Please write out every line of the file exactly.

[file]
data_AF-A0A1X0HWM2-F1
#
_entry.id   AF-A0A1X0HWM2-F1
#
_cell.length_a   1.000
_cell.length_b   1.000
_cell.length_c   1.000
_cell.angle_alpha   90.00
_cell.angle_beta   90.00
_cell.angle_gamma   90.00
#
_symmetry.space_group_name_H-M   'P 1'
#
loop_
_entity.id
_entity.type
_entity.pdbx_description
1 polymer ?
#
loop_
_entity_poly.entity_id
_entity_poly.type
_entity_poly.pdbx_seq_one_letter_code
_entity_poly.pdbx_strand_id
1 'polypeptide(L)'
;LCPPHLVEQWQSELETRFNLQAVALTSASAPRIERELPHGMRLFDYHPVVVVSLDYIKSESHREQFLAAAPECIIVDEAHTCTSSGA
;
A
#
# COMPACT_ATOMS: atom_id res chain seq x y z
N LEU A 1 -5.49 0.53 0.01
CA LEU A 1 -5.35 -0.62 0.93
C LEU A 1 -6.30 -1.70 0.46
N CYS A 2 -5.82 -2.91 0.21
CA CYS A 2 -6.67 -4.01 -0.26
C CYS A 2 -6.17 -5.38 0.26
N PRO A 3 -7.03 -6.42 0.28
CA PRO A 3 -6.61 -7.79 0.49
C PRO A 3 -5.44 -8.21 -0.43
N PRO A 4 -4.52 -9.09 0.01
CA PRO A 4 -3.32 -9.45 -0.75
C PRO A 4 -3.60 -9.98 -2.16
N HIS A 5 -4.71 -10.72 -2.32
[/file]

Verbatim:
data_AF-A0A1X0HWM2-F1
#
_entry.id   AF-A0A1X0HWM2-F1
#
_cell.length_a   1.000
_cell.length_b   1.000
_cell.length_c   1.000
_cell.angle_alpha   90.00
_cell.angle_beta   90.00
_cell.angle_gamma   90.00
#
_symmetry.space_group_name_H-M   'P 1'
#
loop_
_entity.id
_entity.type
_entity.pdbx_description
1 polymer ?
#
loop_
_entity_poly.entity_id
_entity_poly.type
_entity_poly.pdbx_seq_one_letter_code
_entity_poly.pdbx_strand_id
1 'polypeptide(L)'
;LCPPHLVEQWQSELETRFNLQAVALTSASAPRIERELPHGMRLFDYHPVVVVSLDYIKSESHREQFLAAAPECIIVDEAHTCTSSGA
;
A
#
# COMPACT_ATOMS: atom_id res chain seq x y z
N LEU A 1 -5.49 0.53 0.01
CA LEU A 1 -5.35 -0.62 0.93
C LEU A 1 -6.30 -1.70 0.46
N CYS A 2 -5.82 -2.91 0.21
CA CYS A 2 -6.67 -4.01 -0.26
C CYS A 2 -6.17 -5.38 0.26
N PRO A 3 -7.03 -6.42 0.28
CA PRO A 3 -6.61 -7.79 0.49
C PRO A 3 -5.44 -8.21 -0.43
N PRO A 4 -4.52 -9.09 0.01
CA PRO A 4 -3.32 -9.45 -0.75
C PRO A 4 -3.60 -9.98 -2.16
N HIS A 5 -4.71 -10.72 -2.32